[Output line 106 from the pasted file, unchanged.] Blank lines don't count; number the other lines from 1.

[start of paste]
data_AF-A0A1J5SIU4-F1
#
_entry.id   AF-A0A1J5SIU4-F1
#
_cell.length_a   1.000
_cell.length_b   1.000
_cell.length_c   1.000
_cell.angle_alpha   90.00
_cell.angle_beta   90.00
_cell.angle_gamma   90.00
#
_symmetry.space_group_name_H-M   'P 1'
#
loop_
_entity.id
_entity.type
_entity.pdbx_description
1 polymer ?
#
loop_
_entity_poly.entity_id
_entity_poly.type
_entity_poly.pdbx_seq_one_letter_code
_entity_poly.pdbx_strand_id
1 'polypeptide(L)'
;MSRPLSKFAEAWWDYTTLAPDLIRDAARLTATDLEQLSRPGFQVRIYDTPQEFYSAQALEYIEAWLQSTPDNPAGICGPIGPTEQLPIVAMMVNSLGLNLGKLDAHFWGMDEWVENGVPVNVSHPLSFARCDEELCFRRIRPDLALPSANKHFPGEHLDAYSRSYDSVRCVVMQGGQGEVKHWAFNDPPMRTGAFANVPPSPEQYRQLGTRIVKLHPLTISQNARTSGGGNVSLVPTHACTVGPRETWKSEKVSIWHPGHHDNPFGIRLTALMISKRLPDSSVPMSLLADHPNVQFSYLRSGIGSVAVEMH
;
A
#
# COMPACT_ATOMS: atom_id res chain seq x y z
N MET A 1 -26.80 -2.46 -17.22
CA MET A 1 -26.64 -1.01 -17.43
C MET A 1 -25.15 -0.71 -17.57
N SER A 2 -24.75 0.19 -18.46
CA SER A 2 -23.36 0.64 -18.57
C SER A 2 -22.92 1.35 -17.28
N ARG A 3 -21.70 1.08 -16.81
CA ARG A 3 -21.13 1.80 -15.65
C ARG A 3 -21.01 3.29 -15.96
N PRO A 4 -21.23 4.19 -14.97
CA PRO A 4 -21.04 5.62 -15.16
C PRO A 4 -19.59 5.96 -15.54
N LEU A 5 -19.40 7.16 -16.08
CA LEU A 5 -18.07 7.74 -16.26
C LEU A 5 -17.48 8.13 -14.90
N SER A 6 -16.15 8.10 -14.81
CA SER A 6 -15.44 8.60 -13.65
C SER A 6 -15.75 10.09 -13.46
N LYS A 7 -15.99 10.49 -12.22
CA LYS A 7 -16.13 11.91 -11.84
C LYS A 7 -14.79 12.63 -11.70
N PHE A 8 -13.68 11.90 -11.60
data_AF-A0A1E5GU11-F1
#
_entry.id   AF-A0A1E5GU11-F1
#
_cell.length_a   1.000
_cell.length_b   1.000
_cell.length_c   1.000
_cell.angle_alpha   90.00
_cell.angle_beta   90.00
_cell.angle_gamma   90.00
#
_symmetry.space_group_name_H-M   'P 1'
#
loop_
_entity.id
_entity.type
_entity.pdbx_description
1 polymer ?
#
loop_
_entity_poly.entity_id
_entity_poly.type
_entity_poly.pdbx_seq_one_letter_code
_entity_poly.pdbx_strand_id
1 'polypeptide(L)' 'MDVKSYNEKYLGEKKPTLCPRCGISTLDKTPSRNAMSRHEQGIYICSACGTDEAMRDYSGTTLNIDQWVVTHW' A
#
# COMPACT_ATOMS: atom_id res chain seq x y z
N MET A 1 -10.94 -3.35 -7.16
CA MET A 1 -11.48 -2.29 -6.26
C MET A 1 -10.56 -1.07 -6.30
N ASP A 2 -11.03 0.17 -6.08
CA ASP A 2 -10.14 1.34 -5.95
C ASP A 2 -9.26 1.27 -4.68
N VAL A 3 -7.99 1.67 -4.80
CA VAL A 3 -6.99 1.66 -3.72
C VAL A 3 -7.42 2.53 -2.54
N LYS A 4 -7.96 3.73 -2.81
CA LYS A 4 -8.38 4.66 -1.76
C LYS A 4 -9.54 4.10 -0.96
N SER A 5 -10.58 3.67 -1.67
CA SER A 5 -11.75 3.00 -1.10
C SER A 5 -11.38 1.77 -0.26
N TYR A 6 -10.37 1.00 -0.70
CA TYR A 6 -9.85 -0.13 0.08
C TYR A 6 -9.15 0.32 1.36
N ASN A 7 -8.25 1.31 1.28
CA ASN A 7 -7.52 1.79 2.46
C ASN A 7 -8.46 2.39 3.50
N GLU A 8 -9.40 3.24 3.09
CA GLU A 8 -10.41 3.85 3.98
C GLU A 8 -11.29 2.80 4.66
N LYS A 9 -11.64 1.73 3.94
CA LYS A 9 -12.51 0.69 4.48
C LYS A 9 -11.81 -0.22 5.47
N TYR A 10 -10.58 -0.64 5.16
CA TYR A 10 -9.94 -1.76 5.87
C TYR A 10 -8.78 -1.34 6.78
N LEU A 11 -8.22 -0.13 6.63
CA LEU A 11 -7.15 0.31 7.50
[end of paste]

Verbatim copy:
C LYS A 9 -11.81 -0.22 5.47